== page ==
September 17, 2019

DealBook: Private Equity Seeks European Bank Assets, but Deals Are Slow to Come

BERLIN – Private equity is circling Europe’s banks.

Faced with bloated balance sheets and efforts to cut back on lending, the Continent’s largest financial institutions offer enticing opportunities for leading firms like Apollo Global Management and Kohlberg Kravis Roberts.

For some, the chance to pick up loan portfolios, particularly from nationalized firms like Royal Bank of Scotland, at a hefty discount is tantalizing. Other are enticed by the ability to provide financing for strapped companies that can’t get credit from traditional lenders.

There’s just one catch: European banks aren’t playing ball.

More than $1 trillion of cheap, short-term loans from the European Central Bank have given banks extra breathing room, allowing them to hold on to some troubled assets like defaulting real estate loans. Local politicians also have strong-armed industry giants to offer lending to companies in a bid to jump-start growth across Europe.

The limited deal flow, particularly for so-called distressed assets like consumer lending portfolios, contrasts with the high hopes that many private equity firms initially had about picking up assets on the cheap.

“The ratio of hype to substance about banks deleveraging their balance sheets has been exceptionally high,” Nathaniel M. Zilkha, the global co-head of special situations investing at K.K.R., told a packed conference room at the Super Return private equity conference in Berlin on Tuesday. “Sitting outside the offices of Royal Bank of Scotland waiting for the flood of assets is a difficult strategy.”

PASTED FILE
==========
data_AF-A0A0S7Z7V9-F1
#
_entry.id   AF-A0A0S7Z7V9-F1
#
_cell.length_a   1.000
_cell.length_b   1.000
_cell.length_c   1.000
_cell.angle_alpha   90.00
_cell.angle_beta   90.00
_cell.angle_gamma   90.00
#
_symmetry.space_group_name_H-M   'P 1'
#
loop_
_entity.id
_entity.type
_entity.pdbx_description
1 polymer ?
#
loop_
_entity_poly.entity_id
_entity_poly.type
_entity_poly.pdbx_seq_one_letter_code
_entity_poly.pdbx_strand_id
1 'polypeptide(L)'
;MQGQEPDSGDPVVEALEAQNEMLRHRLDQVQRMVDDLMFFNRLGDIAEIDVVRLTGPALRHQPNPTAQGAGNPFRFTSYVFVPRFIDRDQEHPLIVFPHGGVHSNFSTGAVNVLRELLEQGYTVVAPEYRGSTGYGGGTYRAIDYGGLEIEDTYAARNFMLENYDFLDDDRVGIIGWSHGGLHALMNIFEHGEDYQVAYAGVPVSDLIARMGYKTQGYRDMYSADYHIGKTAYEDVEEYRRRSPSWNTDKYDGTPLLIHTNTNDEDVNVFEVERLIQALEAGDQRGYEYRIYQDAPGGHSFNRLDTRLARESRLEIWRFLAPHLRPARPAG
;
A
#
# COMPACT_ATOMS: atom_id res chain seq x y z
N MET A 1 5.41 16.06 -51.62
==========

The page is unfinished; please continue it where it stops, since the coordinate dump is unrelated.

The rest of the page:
Still, some deals are getting done. Banks are pulling back from international markets where they have small operations, and European governments that bailed out local lenders are forcing asset sales to wind down bad investments.

Last year, Apollo Global Management, for example, picked up consumer lending businesses in Ireland and Spain from Bank of America, as the American bank pulled back from the struggling European economies. K.K.R. also pocketed an Australian loan portfolio from the Lloyds Banking Group of Britain, which is 42 percent owned by local taxpayers after being bailed out during the financial crisis.

“Some banks have to sell,” said David Abrams, the head of European nonperforming loan investments at Apollo. Others “want to sell to get out of noncore markets.”

Private equity firms, though, are still waiting for the long-awaited fire sale by European banks.

Mr. Abrams of Apollo said the combined balance sheet of the Continent’s financial institutions is still more than $60 trillion, compared with around $12 trillion for United States banks.

With limited economic growth projected for the foreseeable future in Europe, private equity firms are still hoping that banks will be forced to increase their asset sales, especially ahead of new capital requirements that will make it more costly to hold on to delinquent loans.

Firms also are looking to muscle in on European banks’ monopoly in the lending market.

Since the downturn, many institutions have pulled back from financing companies and buyouts as they look to reduce their exposure to risk. They also are changing their business models from holding large debt portfolios on their balance sheets to reducing the size of the financing and looking to shed the investments to other investors.

“Banks are massively changing their commitments” to new lending, said Robin Doumar, managing partner at Park Square Capital, one of the private equity firms looking to fill the financing void.

The strategy for private equity includes offering debt financing for buyouts, as well as complex financing options like so-called mezzanine loans.

While banks are expected to remain important lenders for European deals, analysts expect private equity lenders to increasingly take a larger share of the business.

“Banks are not out of business, they are just doing it in a smaller way,” said Blair Jacobson, a managing director in the private debt group of Ares Management, a firm that offers financing options to companies. “The market opportunity for what we are doing is immense.”